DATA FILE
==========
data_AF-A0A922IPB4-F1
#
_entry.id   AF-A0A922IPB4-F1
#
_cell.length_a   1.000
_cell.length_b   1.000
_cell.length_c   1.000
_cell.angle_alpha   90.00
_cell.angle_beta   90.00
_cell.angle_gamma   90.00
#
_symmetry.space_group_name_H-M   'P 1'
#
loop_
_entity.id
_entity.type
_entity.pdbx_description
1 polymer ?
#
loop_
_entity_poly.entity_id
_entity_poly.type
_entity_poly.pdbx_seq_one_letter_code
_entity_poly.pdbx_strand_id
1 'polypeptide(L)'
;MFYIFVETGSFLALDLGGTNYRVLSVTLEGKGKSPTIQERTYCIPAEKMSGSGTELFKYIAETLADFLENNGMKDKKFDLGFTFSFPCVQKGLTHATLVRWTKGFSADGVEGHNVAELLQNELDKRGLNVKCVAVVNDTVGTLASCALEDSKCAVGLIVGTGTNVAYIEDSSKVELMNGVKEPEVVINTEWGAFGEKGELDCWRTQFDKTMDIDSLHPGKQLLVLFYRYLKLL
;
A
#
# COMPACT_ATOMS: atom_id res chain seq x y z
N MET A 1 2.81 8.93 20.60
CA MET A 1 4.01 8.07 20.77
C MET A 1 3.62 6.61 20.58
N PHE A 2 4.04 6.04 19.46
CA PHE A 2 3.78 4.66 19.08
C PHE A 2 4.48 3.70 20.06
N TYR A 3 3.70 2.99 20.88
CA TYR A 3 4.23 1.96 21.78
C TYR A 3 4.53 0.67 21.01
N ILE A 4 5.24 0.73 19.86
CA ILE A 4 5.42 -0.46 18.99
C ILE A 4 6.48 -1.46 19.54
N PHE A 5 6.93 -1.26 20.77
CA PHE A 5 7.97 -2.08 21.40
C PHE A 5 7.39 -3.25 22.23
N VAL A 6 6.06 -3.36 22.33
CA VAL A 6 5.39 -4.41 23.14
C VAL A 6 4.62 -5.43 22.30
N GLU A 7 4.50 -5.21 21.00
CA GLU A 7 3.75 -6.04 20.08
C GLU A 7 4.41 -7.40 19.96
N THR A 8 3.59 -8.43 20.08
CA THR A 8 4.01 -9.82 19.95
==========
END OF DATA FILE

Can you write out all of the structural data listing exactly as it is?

data_AF-A0A922IPB4-F1
#
_entry.id   AF-A0A922IPB4-F1
#
_cell.length_a   1.000
_cell.length_b   1.000
_cell.length_c   1.000
_cell.angle_alpha   90.00
_cell.angle_beta   90.00
_cell.angle_gamma   90.00
#
_symmetry.space_group_name_H-M   'P 1'
#
loop_
_entity.id
_entity.type
_entity.pdbx_description
1 polymer ?
#
loop_
_entity_poly.entity_id
_entity_poly.type
_entity_poly.pdbx_seq_one_letter_code
_entity_poly.pdbx_strand_id
1 'polypeptide(L)'
;MFYIFVETGSFLALDLGGTNYRVLSVTLEGKGKSPTIQERTYCIPAEKMSGSGTELFKYIAETLADFLENNGMKDKKFDLGFTFSFPCVQKGLTHATLVRWTKGFSADGVEGHNVAELLQNELDKRGLNVKCVAVVNDTVGTLASCALEDSKCAVGLIVGTGTNVAYIEDSSKVELMNGVKEPEVVINTEWGAFGEKGELDCWRTQFDKTMDIDSLHPGKQLLVLFYRYLKLL
;
A
#
# COMPACT_ATOMS: atom_id res chain seq x y z
N MET A 1 2.81 8.93 20.60
CA MET A 1 4.01 8.07 20.77
C MET A 1 3.62 6.61 20.58
N PHE A 2 4.04 6.04 19.46
CA PHE A 2 3.78 4.66 19.08
C PHE A 2 4.48 3.70 20.06
N TYR A 3 3.70 2.99 20.88
CA TYR A 3 4.23 1.96 21.78
C TYR A 3 4.53 0.67 21.01
N ILE A 4 5.24 0.73 19.86
CA ILE A 4 5.42 -0.46 18.99
C ILE A 4 6.48 -1.46 19.54
N PHE A 5 6.93 -1.26 20.77
CA PHE A 5 7.97 -2.08 21.40
C PHE A 5 7.39 -3.25 22.23
N VAL A 6 6.06 -3.36 22.33
CA VAL A 6 5.39 -4.41 23.14
C VAL A 6 4.62 -5.43 22.30
N GLU A 7 4.50 -5.21 21.00
CA GLU A 7 3.75 -6.04 20.08
C GLU A 7 4.41 -7.40 19.96
N THR A 8 3.59 -8.43 20.08
CA THR A 8 4.01 -9.82 19.95